This weekend was the 21st annual Winter Poetry and Prose Getaway, hosted by Murphy Writing Seminars. As always, it was an incredibly fruitful weekend, during which I immersed myself in the work of four other poets as we helped each other de- and then reconstruct full length collections of poetry. It was a wonderful experience.
On Sunday evening, Stephen Dunn and Tony Hoagland gave a poetry reading. I could ramble on about how amazing the reading was, but I won’t – if you have seen Tony or Stephen read, then you know that they are brilliant, top-tier poets, among the most talented and relevant living American poets.
I will, however, say that Tony read a new poem that moved me in a huge way. It’s titled “The Roman Empire,” and in introducing it, he explained that it addresses a moment between a man and a woman – not a romantic moment, but rather the moment when a woman passes a man on an otherwise deserted street. She is nervous or anxious, and he can sense that his presence is the reason for this. The poem addresses this awareness by the man.
The poem was lovely and necessary. I have spent so long being aware of (and focused on) the part of the narrative that acknowledges the woman’s fear and anxiety. So much of our cultural conversation is centered on the idea that women must take precautions, women must alter their behavior, women must be aware, always. My krav instructor even commented on this once – during a drill in which he acted as an attacker roaming the room, he noted that I always knew where he was. “Why is that,” he said, “Women always know exactly where people are.”
But in being so focused on the female side of this dynamic, I entirely failed to consider the other side – the male perspective. It seems so simple, such a basic concept. And I’m sure one could argue that we shouldn’t worry too much about it, that living in the culture we do, where all types of violence are so prevalent, makes it excusable that I would lose sight of the other side of this dynamic.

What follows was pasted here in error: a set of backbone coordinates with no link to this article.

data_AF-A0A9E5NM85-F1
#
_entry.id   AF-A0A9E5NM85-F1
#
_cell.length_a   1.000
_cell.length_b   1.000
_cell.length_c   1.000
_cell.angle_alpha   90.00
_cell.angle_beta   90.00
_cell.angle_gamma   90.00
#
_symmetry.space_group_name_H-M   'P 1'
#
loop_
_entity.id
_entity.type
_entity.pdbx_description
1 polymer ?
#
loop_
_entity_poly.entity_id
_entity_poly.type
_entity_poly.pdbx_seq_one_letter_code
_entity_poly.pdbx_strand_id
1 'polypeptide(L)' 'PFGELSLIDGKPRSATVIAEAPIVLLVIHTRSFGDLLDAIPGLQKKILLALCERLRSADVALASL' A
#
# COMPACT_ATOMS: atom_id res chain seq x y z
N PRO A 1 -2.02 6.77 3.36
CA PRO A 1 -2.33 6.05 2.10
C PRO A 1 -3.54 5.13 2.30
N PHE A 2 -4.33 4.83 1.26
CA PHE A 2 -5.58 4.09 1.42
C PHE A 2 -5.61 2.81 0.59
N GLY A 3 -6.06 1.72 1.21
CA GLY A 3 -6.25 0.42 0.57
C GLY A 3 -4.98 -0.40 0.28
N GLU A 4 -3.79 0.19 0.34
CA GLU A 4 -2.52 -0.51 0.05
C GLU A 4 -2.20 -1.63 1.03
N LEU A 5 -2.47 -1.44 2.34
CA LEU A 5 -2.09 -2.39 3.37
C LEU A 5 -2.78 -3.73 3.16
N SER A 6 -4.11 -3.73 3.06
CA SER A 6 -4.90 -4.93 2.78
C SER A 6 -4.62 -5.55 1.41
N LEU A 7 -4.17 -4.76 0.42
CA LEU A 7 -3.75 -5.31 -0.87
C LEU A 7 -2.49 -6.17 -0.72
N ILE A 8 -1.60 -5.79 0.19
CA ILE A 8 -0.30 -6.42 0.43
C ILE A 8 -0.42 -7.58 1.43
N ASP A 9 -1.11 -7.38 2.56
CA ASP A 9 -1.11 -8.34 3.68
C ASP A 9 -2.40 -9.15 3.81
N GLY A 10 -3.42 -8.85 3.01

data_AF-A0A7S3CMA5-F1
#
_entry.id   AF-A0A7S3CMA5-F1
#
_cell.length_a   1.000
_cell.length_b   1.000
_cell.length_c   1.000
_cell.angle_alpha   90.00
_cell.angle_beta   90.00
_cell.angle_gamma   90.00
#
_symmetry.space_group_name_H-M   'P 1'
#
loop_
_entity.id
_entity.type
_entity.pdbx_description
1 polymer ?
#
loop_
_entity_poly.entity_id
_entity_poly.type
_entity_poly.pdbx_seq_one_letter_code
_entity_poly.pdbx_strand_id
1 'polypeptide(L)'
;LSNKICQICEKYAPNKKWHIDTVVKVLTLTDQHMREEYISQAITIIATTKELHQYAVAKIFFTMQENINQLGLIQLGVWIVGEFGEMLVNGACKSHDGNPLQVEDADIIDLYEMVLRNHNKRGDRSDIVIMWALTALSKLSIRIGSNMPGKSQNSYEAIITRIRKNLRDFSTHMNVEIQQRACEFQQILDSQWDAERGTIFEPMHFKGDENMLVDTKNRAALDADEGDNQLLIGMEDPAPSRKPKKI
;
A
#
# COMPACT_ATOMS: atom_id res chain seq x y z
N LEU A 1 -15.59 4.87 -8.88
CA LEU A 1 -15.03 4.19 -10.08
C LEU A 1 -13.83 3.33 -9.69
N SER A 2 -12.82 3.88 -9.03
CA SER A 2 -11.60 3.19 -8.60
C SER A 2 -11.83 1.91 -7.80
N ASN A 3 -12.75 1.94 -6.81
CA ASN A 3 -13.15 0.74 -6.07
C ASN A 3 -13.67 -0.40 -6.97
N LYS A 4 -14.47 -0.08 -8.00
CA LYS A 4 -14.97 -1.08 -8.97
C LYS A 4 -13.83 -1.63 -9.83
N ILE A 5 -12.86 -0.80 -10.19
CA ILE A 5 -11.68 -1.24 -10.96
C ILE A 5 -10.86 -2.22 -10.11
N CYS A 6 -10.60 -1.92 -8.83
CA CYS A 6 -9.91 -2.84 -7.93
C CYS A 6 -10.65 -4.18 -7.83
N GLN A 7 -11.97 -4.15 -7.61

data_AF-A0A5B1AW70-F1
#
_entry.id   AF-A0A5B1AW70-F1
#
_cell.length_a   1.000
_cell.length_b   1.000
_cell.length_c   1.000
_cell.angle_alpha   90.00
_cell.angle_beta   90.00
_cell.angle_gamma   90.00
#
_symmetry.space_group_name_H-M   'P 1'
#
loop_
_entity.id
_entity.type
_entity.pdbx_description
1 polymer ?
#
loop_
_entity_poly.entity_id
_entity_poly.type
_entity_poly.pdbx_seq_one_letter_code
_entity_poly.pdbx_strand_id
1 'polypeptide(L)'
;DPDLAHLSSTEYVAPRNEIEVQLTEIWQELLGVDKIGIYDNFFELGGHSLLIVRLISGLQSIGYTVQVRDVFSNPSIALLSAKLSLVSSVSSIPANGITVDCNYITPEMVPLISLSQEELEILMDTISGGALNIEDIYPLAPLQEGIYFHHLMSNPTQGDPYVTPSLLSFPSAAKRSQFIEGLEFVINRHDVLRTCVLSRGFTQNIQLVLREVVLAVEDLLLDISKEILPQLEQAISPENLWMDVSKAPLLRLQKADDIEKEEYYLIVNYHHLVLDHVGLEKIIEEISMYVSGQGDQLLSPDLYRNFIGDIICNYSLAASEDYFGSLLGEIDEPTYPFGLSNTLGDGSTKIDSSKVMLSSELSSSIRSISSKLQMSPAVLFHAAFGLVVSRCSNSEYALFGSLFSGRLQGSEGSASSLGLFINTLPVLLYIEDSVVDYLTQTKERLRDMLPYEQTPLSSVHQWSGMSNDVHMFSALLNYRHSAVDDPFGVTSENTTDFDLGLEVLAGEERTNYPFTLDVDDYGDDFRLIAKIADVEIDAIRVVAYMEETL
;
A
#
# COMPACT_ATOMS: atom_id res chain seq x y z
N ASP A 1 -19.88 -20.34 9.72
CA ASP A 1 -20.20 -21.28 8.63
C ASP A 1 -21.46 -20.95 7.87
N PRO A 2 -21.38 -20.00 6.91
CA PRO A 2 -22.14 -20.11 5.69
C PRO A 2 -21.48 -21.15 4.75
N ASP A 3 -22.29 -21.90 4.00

But this was a moment for me – a life changing moment. It’s so rare that we have them, and know that we are having them in the moment. But I felt that last night when Tony was reading. I was near tears, and I just felt like there was a window opening in my chest and all of this anxiety just fell out of me.
i am working right now toward becoming a Krav Maga instructor. The plan at the moment is to go in March for a week-long immersion course, where i will essentially do nothing but train. If I am successful, I will come out at the end of the week as a certified instructor, able to teach classes. As part of the preparation process, I had to write a short purpose statement, explaining my motivation for training and for completing the certification. Among other things, I said this:
It is really important for me to directly acknowledge that Krav is a specific kind of mental challenge for me – it forces me to be vulnerable in ways that make me pretty uncomfortable, but I believe that I’m emotionally and mentally stronger for it now. I want to continue to push myself in that way because it represents for me a kind of healing that I don’t think I could have found in another discipline.
I forgot, though, that poetry can be healing too. This weekend was a good reminder, and I will carry this poem with me as I move toward the Krav training.